Monday, December 7, 2015

All Set to Speak at MIT on Supply Chain Networks Against Time: From Food to Pharma

I have been enjoying working on my presentation: Supply Chain Networks Against Time: From Food to Pharma, that I will be giving this coming Wednesday at MIT.

My host is Professor Carolina Osorio in the Department of Civil and Environmental Engineering at MIT.

I will be speaking as part of the Pierce Lab Seminar Series.

The topic is very near and dear to me - without food or medicines for those who need them, people would not survive. Moreover, many of such "products" are perishable, so that poses extra challenges in terms of the associated supply chains,

I will be focusing on a series of models that we developed, emphasizing their generalized network structure with the use of arc multipliers since these products as they flow down the links of the supply chains perish accordingly. My plan is to highlight work that we have done on food, medical nuclear supply chains, and blood supply chains, as well as on electric power generation and distribution networks, plus a case study in the pharmaceutical industry. Some of the models we presented and solved numerically in a recent book of mine:
The last time I gave a talk at MIT was on September 19, 2014, when several colleagues and I co-organized the Workshop on Cybersecurity Risk Analysis for Enterprises at the Sloan School.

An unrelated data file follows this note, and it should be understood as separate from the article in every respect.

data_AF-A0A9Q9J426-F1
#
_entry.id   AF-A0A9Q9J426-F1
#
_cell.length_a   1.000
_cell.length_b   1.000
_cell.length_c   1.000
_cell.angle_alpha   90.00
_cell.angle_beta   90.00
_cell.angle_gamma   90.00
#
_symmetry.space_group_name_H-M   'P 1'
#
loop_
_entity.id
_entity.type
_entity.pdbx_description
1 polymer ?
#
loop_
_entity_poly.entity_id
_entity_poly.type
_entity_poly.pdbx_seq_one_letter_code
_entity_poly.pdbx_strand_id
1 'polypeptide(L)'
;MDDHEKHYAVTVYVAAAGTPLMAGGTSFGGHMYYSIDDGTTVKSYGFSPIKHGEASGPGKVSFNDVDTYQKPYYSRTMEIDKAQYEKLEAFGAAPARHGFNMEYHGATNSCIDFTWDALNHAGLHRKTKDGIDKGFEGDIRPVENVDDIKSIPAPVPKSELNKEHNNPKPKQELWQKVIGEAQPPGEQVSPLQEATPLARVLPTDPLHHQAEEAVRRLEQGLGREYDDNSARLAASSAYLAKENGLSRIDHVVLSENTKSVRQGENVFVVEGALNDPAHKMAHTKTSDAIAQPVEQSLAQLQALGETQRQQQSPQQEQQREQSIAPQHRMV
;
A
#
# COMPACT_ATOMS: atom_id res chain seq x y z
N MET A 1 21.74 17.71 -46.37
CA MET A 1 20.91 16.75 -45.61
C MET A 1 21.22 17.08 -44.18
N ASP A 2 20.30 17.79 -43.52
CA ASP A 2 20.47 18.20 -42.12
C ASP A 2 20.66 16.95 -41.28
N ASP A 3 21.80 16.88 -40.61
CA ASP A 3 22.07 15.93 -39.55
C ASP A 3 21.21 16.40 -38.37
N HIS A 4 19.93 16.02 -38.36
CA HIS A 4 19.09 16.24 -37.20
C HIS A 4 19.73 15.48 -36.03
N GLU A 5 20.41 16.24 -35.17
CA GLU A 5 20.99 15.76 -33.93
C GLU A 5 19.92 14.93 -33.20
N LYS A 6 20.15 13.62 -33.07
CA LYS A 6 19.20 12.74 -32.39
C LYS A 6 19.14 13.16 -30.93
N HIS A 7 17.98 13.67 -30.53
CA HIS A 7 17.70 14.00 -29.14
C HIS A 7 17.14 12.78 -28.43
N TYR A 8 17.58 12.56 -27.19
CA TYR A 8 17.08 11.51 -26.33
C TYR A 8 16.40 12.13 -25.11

I was a Visiting Associate Professor at MIT in the same group that is hosting my talk on Wednesday as part of a great program that the National Science Foundation then had - Visiting Professorships for Women (VPW). My dissertation advisor at Brown University, Professor Stella Dafermos, had also held one of these NSF VPWs before me. I enjoyed teaching a course there in transportation, having an office in Building 1, and, the year after, upon the receipt of a UMass Amherst "Conti" Fellowship moved to the Sloan School as a Visiting Scholar. That Spring, sadly, Stella Dafermos passed way.

It will be great to be back at MIT to see operations researchers, engineers, and even some friends on the policy side!

I am very much looking forward to seeing colleagues and students there!